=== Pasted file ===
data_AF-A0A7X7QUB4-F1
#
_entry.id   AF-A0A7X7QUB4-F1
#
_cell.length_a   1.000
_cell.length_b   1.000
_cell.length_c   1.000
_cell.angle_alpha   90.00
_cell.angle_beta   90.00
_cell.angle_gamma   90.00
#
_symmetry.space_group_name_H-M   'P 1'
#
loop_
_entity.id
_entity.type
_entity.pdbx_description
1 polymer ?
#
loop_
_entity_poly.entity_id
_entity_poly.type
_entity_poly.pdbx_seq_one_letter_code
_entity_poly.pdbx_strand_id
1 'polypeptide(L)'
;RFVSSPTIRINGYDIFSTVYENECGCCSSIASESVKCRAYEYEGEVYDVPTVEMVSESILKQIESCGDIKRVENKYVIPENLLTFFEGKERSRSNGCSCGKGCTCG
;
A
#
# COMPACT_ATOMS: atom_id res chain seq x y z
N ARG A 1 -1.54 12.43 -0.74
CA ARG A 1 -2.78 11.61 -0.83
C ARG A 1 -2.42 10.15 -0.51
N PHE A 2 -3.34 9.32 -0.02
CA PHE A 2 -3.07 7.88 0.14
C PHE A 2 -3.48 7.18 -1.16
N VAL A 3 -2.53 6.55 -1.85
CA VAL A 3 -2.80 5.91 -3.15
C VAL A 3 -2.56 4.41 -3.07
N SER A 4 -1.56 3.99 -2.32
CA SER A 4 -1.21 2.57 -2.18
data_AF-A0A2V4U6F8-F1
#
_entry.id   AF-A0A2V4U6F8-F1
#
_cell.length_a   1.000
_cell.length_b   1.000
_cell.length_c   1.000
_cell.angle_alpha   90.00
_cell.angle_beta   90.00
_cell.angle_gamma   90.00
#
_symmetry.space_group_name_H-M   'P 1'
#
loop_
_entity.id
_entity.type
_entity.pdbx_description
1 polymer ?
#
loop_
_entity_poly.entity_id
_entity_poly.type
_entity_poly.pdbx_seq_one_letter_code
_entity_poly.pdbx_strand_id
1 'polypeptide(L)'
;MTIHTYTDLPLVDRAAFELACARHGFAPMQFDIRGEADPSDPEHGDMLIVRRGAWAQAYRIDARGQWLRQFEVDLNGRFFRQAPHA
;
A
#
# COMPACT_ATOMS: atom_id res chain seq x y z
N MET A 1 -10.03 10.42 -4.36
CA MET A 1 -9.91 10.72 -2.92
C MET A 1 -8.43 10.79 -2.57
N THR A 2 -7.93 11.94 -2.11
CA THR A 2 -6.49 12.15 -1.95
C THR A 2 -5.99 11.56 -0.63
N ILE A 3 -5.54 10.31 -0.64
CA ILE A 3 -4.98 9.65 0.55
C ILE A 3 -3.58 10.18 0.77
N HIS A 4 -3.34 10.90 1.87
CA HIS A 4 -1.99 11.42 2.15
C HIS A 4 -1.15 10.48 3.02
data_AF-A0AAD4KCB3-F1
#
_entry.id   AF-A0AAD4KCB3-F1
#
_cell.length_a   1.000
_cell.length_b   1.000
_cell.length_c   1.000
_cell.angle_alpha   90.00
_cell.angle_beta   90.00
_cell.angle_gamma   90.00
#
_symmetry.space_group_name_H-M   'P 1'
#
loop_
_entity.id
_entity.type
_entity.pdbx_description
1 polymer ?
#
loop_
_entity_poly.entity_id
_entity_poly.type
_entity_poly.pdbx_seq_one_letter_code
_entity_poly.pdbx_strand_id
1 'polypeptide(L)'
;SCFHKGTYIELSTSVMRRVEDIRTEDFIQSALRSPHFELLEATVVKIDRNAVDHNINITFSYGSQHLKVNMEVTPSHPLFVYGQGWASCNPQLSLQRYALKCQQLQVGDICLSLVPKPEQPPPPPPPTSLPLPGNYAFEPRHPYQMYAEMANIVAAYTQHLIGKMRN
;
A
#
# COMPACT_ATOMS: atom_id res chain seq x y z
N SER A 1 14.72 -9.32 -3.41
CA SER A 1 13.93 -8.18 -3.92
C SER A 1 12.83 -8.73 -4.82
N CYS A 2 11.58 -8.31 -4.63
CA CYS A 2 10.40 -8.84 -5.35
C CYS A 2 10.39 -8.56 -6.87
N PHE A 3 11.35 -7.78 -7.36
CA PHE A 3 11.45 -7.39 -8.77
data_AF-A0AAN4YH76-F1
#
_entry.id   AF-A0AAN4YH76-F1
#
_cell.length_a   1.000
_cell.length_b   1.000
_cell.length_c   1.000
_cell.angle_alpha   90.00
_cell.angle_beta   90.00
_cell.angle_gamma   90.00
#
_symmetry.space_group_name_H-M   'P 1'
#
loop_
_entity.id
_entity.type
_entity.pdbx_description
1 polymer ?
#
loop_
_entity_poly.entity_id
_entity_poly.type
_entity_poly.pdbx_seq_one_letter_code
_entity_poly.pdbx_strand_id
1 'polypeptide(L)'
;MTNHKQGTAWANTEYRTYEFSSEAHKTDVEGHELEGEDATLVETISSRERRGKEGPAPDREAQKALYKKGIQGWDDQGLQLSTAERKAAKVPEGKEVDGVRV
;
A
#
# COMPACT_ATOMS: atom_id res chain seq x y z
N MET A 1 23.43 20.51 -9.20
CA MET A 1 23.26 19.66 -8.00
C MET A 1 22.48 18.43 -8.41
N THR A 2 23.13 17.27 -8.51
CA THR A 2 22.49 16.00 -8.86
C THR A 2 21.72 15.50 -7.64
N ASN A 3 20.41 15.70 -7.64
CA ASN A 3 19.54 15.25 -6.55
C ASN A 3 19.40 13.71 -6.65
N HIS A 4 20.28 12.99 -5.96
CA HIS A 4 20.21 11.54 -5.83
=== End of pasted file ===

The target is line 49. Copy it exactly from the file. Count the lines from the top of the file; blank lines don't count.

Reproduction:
_cell.angle_alpha   90.00